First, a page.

Google Books
23 January 1995, New York magazine, pg. 44, cols. 1-2:
Perhaps the Garibaldi sandwich ($3.75) isn’t the best torta of the week, but I love the Dagwood layering of roast pork, beef, avocado, onion, mayonnaise, and yellow and white cheese.
(Plaza Garibaldi, 89-12 Roosevelt Avenue in Queens—ed.)

22 October 1995, Chicago (IL) Daily Herald, “School Menus,” sec. 5, pg. 2, col. 4:
Glenn Westlake Middle School: hot garibaldi sandwich, french fries, salad, juice box, milk, cheeseburger on a bun, Hi-C.

Google Groups: rec.food.recipes
Newsgroups: rec.food.recipes
Followup-To: rec.food.recipes
From: (Betty E. Kohler)
Date: 1998/05/15
Subject: REQUESTS from Thursday, May 14, 1998

From: (Lon Ponschock)
Date: 13 May 1998 18:55:51 -0500
Subject: Best Hot Italian Sandwich - Garibaldi

In the past I was able to get what was called a Garibaldi Sandwich. It is served hot and has sweet peppers and various sliced meat and cheeses. I need to know the best home oven technique—including the Oil and Vinegar dressing for making this restaurant favorite of mine.  grin
please cc: thanks

Google Groups: rec.food.cooking
Newsgroups: rec.food.cooking
From: (Lon Ponschock)
Date: 1999/08/24
Subject: Garibaldi Sandwiches… a method of preparation, please

The Garibaldi is a hot sandwich that, as far as I know, was only served at one restaurant of my acquaintance in Madison Wisconsin USA down by the U o’ Wis campus.

But I still want to know how to make one.

The ingredients are sliced meat, cheese, tomatos, mild banana peppers as you find on a Poor Boy I suppose and served in its foil wrapper.

What I need to know is how to make a good hot sandwich in the oven so that the bread doesn’t get steamed and the sandwich ingredients get melty and hot.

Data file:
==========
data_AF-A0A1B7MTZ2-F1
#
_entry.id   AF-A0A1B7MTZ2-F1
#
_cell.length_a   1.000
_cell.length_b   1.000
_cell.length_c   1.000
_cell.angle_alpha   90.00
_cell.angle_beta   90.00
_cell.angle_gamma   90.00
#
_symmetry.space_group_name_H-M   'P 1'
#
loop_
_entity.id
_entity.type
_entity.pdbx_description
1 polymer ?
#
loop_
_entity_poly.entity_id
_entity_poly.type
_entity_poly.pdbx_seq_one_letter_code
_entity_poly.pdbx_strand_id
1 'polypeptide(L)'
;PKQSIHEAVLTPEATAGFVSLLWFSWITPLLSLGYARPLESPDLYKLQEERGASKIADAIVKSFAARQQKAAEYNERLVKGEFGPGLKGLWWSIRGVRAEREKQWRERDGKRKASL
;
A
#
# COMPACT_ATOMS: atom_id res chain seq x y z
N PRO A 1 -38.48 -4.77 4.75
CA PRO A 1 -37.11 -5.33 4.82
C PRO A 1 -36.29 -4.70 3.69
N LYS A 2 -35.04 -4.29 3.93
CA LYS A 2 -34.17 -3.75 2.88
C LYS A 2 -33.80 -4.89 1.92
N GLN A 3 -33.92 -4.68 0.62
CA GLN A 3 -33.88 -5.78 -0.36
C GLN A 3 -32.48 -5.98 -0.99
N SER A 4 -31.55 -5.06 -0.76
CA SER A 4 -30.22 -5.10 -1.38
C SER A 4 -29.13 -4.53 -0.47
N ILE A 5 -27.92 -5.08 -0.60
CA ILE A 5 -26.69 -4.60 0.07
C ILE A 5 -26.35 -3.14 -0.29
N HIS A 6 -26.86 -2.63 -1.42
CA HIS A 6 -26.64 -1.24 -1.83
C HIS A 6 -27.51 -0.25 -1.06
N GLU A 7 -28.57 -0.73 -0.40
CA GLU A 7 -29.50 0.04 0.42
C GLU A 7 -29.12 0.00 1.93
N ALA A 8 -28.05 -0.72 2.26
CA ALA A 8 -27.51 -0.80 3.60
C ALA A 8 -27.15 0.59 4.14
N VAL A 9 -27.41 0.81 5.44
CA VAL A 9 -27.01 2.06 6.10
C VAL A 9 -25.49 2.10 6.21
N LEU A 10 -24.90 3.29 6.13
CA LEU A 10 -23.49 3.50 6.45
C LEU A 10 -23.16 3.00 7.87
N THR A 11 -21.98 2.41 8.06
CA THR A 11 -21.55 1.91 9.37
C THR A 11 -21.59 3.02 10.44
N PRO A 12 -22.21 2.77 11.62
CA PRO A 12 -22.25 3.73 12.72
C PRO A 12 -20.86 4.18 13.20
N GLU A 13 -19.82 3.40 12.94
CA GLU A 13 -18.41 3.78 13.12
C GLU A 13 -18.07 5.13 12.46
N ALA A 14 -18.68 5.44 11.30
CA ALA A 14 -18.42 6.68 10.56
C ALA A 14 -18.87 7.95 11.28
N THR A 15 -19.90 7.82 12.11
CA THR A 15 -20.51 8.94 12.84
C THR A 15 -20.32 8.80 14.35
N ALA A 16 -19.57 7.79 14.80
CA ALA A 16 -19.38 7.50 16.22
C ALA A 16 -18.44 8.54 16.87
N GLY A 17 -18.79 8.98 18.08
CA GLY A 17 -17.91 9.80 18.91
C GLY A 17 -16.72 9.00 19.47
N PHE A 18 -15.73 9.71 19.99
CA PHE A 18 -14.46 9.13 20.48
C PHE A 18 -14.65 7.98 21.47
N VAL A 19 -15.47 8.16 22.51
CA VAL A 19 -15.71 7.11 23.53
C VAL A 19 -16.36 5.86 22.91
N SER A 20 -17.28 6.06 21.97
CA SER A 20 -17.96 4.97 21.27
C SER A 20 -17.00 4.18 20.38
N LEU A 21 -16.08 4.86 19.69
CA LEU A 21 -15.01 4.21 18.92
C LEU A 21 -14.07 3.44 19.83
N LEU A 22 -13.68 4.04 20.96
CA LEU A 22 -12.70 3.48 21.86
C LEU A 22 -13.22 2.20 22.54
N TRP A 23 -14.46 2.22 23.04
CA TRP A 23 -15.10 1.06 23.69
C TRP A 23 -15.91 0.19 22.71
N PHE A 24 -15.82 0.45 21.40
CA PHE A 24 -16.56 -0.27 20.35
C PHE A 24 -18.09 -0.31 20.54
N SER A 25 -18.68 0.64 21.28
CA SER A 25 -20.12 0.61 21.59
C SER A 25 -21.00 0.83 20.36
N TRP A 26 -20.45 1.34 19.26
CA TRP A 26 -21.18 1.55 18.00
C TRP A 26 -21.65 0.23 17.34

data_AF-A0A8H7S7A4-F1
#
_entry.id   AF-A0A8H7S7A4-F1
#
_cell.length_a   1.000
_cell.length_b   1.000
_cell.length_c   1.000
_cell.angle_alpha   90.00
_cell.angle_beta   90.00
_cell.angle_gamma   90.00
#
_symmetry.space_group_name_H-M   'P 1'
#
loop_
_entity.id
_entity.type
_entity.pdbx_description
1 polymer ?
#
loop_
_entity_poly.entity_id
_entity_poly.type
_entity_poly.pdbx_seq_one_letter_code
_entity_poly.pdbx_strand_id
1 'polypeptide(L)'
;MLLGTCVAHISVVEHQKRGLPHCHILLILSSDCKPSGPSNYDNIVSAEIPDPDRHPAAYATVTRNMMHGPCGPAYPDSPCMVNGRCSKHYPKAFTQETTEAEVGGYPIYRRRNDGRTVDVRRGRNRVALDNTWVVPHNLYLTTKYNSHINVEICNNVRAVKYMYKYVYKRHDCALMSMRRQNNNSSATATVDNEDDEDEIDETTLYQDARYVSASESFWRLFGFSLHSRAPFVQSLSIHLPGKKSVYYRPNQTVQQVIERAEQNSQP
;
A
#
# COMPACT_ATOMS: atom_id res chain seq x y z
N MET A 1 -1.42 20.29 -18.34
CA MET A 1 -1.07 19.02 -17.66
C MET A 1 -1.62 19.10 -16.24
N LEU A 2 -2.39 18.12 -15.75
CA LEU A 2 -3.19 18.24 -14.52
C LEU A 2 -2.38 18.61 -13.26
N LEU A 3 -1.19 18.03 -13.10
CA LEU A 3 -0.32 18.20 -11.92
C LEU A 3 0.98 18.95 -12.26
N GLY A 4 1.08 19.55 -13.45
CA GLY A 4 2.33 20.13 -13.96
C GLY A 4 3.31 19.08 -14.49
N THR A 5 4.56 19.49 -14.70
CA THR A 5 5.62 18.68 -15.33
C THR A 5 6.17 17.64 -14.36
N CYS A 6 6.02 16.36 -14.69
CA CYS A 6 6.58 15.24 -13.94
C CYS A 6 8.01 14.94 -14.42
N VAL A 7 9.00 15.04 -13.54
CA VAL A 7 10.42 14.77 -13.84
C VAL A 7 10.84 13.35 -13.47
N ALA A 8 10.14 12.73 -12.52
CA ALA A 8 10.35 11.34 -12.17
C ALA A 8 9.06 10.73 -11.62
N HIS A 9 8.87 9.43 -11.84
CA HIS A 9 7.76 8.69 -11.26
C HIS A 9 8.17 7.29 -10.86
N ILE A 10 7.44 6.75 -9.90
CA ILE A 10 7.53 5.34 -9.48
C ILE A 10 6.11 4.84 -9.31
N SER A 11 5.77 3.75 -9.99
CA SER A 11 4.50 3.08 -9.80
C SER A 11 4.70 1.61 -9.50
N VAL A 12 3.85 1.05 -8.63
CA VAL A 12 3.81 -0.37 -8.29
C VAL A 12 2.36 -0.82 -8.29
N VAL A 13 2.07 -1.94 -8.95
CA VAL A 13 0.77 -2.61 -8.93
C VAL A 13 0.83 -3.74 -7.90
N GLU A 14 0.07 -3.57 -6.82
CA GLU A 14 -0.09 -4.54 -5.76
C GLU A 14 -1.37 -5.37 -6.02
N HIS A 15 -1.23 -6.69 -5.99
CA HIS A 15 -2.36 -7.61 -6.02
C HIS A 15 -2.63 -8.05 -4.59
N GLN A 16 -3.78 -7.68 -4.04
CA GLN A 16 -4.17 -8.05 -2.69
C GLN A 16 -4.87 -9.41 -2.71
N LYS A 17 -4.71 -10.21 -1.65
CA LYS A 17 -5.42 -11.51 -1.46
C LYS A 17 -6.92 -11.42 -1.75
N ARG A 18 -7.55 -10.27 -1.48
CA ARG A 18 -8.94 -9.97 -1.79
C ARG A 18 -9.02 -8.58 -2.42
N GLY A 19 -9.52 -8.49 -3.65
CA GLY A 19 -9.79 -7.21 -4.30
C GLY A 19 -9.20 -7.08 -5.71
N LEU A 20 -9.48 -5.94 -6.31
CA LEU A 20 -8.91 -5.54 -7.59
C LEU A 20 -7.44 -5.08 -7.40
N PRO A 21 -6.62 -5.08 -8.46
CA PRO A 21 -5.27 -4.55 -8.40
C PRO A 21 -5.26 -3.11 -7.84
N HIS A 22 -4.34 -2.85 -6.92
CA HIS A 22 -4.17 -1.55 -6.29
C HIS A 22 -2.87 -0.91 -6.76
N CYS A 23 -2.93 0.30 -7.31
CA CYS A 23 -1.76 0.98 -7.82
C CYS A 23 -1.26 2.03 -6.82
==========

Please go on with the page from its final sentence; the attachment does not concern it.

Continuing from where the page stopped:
The Daily Page (Madison, WI)
The pizza remains the same
After a move, Paisan’s pie is still first-rate

Raphael Kadushin on Thursday 11/02/2006
Paisan’s
131 W. Wilson St., 257-3832
(...)
Almost as good are some other Paisan’s signature dishes. The Porta salad crowns its unapologetic base of throwback iceberg lettuce with ham, salami, garbanzo beans, green peppers and mozzarella and cheddar cheeses. Tossed with a French blue cheese dressing, it’s as rich and addictive as the pizza. Simpler but fine is a chicken Caesar salad, and better is the perennial Garibaldi sandwich ‘ a loaf of French bread crammed with ham, salami, melting hot spicy cheese, sliced tomatoes and peppers. It makes Subway’s sad microwaved hoagies look like mummified hot pockets.

HighBeam Research
Article: THE ONE AND ONLY PAISAN’S GARIBALDI SANDWICH IS A MOUTHWATERING MADISON TRADITION.(77 SQUARE)(LET’S EAT FOR $7.70)
Article from:The Capital Times
Article date:May 29, 2008
Byline: Susan Troller
If Madison were to choose an official sandwich, Paisan’s Garibaldi would be a likely candidate.

The colorful, foot-long, hot sandwich featuring layers of ham, salami, spicy cheese, sliced tomatoes and green or banana peppers has fed University of Wisconsin students and other hungry Madisonians at four different locations around campus and the downtown for more than 50 years.

Created by Paisan’s original owner, Roy McCormick, the Garibaldi was first served in 1957.

“We’ve sold thousands and thousands of ‘em,” said Jerry Meier, one of Paisan’s current co-owners
The Capital Times (photo caption)
f Madison were to choose an official sandwich, Paisan’s Garibaldi would be a likely candidate.

College Confidential
barrons
10-01-2008, 12:33 PM
At Paisans it’s all about the Garibaldi sandwich (hot) The rest is very average American-Italian circa 1965.

Chicago (IL) Daily Herald
Madison art museum spans the globe and the ages
By Erica Walkup
Published: 1/8/2009 12:01 AM
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Porta Bella, 425 N. Frances St., (608) 256-3186, portabellarestaurant.biz: For a classier atmosphere, opt for this 40-year-old Italian restaurant, often voted best Italian and most romantic in local polls. The Porta salad - topped with ham, salami, cheese, green peppers and garbanzo beans - and the Garibaldi sandwich - mounds of ham, salami, spicy cheese, tomatoes and peppers on a 10-inch hoagie - are the restaurant’s signatures. 

Posted by Barry Popik
New York CityFood/Drink • Sunday, August 16, 2009 • Permalink